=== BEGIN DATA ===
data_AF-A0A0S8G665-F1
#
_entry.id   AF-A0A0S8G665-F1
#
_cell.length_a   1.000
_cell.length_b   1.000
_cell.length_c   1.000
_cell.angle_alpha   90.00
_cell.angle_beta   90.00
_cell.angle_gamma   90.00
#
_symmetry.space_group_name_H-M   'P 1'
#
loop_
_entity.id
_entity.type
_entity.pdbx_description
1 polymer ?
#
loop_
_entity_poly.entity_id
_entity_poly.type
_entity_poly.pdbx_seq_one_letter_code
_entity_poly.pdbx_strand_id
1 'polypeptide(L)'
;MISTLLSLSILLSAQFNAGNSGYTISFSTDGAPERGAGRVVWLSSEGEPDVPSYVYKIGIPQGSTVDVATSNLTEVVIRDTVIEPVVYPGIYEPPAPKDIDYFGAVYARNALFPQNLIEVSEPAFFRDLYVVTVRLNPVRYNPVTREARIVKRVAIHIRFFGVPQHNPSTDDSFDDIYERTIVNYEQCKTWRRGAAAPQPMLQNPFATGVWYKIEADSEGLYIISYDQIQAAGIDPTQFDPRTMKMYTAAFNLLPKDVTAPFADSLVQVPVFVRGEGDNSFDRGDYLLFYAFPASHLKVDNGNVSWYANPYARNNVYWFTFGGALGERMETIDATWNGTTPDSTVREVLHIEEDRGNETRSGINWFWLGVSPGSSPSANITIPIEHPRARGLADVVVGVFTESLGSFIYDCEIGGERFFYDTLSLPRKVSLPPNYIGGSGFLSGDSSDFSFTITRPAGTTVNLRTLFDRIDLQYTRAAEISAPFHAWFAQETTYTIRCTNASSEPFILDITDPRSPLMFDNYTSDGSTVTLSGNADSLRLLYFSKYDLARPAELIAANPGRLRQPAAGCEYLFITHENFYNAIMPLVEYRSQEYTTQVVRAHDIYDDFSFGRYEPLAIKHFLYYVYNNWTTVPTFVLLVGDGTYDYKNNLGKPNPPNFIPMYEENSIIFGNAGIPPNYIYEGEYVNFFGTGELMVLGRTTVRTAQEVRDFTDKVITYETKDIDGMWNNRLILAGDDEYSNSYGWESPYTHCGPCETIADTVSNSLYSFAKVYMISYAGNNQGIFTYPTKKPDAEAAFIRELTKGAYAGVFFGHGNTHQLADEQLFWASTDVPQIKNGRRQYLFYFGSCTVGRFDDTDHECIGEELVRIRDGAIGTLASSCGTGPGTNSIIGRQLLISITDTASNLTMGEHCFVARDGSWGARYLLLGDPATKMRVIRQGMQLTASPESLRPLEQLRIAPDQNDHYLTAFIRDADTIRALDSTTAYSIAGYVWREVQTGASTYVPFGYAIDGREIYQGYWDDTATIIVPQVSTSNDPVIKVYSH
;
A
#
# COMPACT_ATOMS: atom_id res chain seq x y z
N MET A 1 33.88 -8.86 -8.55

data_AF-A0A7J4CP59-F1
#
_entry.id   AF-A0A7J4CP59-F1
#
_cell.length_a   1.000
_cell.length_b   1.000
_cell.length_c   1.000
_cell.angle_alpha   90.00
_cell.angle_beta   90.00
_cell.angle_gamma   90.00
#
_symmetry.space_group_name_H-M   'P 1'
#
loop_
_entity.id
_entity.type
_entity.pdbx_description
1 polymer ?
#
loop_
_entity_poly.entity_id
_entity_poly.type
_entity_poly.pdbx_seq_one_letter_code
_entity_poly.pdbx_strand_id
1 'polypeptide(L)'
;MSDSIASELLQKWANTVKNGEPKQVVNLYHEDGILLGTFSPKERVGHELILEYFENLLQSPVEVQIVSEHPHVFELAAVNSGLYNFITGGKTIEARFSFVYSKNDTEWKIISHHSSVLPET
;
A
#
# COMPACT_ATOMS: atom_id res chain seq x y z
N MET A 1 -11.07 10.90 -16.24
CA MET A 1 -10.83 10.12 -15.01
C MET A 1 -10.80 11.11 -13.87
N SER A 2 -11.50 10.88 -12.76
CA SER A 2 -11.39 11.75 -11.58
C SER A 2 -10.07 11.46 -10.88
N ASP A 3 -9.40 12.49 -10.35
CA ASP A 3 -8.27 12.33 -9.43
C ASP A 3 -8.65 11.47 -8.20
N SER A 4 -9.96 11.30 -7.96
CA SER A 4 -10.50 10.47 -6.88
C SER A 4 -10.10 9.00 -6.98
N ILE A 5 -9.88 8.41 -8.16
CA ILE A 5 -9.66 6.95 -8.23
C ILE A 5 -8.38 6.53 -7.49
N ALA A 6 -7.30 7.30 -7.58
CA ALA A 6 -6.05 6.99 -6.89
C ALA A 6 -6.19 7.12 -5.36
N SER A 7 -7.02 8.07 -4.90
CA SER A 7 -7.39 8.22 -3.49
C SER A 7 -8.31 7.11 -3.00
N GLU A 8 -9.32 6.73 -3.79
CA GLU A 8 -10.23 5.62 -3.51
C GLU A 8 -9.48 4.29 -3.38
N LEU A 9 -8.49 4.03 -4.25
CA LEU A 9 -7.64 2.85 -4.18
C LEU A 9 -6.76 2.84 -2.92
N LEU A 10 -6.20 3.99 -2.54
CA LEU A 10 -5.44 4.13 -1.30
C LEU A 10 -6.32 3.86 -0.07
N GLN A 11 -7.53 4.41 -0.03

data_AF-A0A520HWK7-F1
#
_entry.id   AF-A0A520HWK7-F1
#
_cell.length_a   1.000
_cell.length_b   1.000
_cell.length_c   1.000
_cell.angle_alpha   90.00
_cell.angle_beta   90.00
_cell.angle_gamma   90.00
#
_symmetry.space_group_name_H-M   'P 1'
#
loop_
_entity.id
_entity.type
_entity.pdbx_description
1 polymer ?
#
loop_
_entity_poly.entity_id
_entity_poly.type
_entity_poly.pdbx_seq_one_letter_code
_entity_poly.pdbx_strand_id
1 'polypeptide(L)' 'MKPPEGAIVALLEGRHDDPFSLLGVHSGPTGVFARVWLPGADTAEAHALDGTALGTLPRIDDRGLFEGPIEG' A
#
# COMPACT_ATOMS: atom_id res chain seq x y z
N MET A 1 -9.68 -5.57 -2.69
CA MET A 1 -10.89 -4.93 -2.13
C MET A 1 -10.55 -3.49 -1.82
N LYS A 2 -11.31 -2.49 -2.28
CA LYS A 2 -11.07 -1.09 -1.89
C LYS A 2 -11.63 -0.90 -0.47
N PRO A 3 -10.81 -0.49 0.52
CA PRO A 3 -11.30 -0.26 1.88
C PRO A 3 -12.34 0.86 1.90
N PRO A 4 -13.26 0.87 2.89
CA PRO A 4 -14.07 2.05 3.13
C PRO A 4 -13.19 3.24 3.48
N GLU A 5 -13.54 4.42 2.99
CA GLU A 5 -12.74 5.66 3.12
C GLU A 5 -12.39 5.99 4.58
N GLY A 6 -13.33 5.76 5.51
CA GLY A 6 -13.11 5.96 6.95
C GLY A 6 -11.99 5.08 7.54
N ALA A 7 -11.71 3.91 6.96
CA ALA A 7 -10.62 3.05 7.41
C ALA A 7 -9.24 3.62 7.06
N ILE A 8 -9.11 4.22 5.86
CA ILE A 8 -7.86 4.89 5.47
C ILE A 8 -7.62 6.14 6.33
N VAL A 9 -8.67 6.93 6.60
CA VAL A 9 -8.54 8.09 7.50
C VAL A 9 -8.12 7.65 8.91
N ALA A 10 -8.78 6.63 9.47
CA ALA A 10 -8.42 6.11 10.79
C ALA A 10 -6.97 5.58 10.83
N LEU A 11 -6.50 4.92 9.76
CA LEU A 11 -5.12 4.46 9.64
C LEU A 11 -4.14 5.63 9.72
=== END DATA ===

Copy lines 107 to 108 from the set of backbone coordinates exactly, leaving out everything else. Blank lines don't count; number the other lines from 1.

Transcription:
_entity.id
_entity.type